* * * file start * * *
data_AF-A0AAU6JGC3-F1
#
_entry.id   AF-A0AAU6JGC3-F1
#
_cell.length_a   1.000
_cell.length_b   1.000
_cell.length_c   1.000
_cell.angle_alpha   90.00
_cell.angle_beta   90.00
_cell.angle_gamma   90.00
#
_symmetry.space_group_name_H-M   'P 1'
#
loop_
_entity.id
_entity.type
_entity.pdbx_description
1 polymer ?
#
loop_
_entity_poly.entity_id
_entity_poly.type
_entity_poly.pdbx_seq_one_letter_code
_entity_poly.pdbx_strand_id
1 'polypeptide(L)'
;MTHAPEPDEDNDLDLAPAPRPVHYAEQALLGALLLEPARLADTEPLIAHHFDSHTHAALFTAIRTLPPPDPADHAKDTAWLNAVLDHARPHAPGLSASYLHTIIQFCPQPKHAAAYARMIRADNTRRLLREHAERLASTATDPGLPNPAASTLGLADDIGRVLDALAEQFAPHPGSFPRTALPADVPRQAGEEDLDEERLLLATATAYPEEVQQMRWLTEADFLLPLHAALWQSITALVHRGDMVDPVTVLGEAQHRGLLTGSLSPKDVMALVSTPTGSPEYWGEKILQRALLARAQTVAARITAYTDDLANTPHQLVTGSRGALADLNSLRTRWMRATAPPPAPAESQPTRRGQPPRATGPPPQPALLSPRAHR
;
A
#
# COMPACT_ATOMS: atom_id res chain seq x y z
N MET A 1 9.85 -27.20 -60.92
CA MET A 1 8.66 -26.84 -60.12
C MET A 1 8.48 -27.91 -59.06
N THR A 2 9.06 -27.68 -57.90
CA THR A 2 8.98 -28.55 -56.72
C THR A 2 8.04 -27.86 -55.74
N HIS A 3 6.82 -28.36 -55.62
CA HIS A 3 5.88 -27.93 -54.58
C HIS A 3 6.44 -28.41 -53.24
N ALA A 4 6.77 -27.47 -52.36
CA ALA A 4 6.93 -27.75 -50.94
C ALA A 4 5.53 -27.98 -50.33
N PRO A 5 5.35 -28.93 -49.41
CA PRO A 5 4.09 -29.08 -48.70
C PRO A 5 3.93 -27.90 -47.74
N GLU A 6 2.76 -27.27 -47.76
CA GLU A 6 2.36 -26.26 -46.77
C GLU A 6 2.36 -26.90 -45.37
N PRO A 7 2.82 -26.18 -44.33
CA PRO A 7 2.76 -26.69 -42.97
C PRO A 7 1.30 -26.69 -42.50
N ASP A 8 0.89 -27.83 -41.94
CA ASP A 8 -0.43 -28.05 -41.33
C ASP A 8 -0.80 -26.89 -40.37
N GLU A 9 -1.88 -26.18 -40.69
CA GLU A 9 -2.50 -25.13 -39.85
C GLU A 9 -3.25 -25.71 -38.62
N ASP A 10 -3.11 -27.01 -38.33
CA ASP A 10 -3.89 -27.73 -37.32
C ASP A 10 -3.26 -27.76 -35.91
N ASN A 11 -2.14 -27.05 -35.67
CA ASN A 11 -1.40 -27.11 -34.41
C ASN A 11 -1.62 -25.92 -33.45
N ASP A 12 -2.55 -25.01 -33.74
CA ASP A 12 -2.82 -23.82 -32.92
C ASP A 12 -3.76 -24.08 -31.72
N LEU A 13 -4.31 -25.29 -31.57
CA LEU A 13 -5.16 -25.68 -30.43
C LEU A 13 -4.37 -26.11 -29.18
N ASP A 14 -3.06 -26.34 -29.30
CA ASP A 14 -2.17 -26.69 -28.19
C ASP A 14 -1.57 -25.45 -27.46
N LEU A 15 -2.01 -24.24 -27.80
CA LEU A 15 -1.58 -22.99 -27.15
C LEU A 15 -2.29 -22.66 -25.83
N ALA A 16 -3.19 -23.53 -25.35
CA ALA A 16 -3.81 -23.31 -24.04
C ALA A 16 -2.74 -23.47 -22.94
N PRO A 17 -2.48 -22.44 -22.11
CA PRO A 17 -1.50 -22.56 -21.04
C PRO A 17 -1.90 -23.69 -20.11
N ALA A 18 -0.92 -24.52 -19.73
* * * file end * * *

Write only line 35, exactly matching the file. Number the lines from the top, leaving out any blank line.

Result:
CA THR A 2 8.98 -28.55 -56.72